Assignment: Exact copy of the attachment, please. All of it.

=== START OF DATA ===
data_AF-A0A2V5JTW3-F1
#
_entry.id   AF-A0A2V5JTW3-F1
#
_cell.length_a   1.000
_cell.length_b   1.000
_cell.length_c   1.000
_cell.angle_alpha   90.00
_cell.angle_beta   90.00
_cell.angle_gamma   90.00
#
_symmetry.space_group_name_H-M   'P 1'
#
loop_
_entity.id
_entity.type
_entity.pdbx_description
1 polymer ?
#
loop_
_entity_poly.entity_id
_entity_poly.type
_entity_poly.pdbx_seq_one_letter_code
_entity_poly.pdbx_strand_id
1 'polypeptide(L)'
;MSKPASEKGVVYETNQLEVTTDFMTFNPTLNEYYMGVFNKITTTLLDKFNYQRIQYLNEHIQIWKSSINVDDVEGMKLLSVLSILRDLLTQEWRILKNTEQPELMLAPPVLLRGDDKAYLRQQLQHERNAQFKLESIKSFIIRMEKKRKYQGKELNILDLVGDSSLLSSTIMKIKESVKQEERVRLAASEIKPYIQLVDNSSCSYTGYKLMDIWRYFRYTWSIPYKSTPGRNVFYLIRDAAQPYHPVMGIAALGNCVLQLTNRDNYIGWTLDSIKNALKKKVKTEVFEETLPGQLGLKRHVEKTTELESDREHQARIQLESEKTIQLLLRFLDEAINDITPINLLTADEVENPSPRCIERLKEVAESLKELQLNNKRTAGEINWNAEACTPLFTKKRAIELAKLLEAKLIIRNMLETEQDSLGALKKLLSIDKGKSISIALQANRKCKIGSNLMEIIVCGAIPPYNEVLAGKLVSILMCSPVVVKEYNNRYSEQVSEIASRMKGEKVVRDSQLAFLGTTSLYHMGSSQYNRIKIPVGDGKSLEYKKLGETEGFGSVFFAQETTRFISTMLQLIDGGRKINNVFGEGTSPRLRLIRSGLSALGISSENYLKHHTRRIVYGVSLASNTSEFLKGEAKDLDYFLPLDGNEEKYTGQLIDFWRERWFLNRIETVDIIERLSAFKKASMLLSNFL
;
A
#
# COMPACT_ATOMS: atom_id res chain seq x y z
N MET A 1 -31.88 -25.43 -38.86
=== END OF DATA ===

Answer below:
data_AF-A0A2V5JTW3-F1
#
_entry.id   AF-A0A2V5JTW3-F1
#
_cell.length_a   1.000
_cell.length_b   1.000
_cell.length_c   1.000
_cell.angle_alpha   90.00
_cell.angle_beta   90.00
_cell.angle_gamma   90.00
#
_symmetry.space_group_name_H-M   'P 1'
#
loop_
_entity.id
_entity.type
_entity.pdbx_description
1 polymer ?
#
loop_
_entity_poly.entity_id
_entity_poly.type
_entity_poly.pdbx_seq_one_letter_code
_entity_poly.pdbx_strand_id
1 'polypeptide(L)'
;MSKPASEKGVVYETNQLEVTTDFMTFNPTLNEYYMGVFNKITTTLLDKFNYQRIQYLNEHIQIWKSSINVDDVEGMKLLSVLSILRDLLTQEWRILKNTEQPELMLAPPVLLRGDDKAYLRQQLQHERNAQFKLESIKSFIIRMEKKRKYQGKELNILDLVGDSSLLSSTIMKIKESVKQEERVRLAASEIKPYIQLVDNSSCSYTGYKLMDIWRYFRYTWSIPYKSTPGRNVFYLIRDAAQPYHPVMGIAALGNCVLQLTNRDNYIGWTLDSIKNALKKKVKTEVFEETLPGQLGLKRHVEKTTELESDREHQARIQLESEKTIQLLLRFLDEAINDITPINLLTADEVENPSPRCIERLKEVAESLKELQLNNKRTAGEINWNAEACTPLFTKKRAIELAKLLEAKLIIRNMLETEQDSLGALKKLLSIDKGKSISIALQANRKCKIGSNLMEIIVCGAIPPYNEVLAGKLVSILMCSPVVVKEYNNRYSEQVSEIASRMKGEKVVRDSQLAFLGTTSLYHMGSSQYNRIKIPVGDGKSLEYKKLGETEGFGSVFFAQETTRFISTMLQLIDGGRKINNVFGEGTSPRLRLIRSGLSALGISSENYLKHHTRRIVYGVSLASNTSEFLKGEAKDLDYFLPLDGNEEKYTGQLIDFWRERWFLNRIETVDIIERLSAFKKASMLLSNFL
;
A
#
# COMPACT_ATOMS: atom_id res chain seq x y z
N MET A 1 -31.88 -25.43 -38.86